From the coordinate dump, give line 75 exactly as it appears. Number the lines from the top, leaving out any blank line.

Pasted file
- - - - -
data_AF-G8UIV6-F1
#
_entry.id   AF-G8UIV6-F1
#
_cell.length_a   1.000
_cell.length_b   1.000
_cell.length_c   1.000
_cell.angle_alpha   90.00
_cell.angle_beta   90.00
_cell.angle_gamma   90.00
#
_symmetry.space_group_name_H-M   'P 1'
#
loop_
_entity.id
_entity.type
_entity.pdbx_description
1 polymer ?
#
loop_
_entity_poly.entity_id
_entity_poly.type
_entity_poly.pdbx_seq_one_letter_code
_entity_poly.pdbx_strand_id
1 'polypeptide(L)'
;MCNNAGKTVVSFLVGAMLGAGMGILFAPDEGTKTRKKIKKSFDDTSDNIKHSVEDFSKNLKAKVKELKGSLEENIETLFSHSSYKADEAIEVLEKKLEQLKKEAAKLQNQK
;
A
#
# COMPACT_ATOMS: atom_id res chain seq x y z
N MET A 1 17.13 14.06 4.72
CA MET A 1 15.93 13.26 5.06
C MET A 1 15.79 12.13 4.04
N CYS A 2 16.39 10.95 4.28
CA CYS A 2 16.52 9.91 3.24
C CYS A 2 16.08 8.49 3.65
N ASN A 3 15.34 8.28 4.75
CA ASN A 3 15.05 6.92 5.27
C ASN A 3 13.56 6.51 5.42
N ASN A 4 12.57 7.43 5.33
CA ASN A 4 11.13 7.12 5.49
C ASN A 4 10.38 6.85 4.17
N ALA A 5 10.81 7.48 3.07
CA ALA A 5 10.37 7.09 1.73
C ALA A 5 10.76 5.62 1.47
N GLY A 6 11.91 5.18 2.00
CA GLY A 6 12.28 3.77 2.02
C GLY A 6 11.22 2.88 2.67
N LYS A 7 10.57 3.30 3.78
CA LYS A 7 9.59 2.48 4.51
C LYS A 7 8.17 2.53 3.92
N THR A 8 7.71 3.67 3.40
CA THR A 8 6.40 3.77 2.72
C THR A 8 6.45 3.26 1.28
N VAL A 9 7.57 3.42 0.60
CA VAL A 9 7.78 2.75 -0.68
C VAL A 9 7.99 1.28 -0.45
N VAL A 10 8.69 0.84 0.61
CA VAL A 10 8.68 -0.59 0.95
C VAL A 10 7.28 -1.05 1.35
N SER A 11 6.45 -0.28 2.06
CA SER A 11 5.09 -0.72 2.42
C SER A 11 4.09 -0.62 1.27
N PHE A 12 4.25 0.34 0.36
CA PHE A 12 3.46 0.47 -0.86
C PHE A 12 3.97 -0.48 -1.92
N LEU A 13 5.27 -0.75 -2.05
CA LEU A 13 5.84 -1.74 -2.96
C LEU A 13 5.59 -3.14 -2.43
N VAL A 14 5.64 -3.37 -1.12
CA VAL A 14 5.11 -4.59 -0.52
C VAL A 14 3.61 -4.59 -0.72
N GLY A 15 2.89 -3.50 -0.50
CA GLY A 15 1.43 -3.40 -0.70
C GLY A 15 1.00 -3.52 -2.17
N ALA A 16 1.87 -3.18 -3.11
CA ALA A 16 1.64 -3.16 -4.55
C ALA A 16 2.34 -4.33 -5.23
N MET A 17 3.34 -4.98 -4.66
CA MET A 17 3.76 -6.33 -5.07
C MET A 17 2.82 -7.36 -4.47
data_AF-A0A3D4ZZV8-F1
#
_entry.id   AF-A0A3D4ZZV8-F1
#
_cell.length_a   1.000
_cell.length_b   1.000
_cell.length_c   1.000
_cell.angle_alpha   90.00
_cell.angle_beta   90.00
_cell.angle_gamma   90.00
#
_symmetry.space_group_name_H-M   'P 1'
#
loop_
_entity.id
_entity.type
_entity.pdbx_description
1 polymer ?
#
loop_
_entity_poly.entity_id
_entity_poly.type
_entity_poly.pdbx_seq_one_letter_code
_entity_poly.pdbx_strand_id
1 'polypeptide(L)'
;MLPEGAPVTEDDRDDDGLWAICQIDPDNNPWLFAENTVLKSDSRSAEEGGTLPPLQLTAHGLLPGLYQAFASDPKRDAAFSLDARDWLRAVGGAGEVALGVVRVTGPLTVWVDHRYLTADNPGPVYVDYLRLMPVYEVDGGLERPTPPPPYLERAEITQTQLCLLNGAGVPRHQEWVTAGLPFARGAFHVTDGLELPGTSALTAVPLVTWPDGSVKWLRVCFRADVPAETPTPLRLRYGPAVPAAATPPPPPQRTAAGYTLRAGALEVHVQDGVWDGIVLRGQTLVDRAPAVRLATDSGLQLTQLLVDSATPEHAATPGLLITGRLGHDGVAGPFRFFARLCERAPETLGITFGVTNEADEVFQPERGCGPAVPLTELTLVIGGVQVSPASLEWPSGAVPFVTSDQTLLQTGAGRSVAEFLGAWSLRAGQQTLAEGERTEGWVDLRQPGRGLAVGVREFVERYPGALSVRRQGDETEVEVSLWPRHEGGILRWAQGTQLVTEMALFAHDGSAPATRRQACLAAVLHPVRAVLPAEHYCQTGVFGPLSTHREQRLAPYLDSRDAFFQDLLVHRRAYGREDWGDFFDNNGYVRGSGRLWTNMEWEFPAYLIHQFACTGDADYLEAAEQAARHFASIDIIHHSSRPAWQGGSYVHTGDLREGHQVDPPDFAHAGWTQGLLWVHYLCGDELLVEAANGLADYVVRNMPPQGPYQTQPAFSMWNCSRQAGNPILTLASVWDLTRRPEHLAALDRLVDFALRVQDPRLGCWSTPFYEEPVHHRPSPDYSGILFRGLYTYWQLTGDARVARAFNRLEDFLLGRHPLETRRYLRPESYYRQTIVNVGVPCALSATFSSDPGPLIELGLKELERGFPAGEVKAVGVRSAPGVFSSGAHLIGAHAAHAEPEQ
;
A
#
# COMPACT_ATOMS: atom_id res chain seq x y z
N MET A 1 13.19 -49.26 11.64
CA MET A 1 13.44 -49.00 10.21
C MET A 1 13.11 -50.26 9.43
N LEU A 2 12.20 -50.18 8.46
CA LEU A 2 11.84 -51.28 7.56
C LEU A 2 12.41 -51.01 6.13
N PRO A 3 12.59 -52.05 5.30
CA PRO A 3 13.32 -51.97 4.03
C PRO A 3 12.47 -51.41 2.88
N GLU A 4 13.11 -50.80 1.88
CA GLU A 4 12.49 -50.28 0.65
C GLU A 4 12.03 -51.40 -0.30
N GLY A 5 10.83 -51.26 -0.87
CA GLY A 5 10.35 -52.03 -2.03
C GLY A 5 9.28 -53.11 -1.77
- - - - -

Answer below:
C GLY A 15 1.00 -3.52 -2.17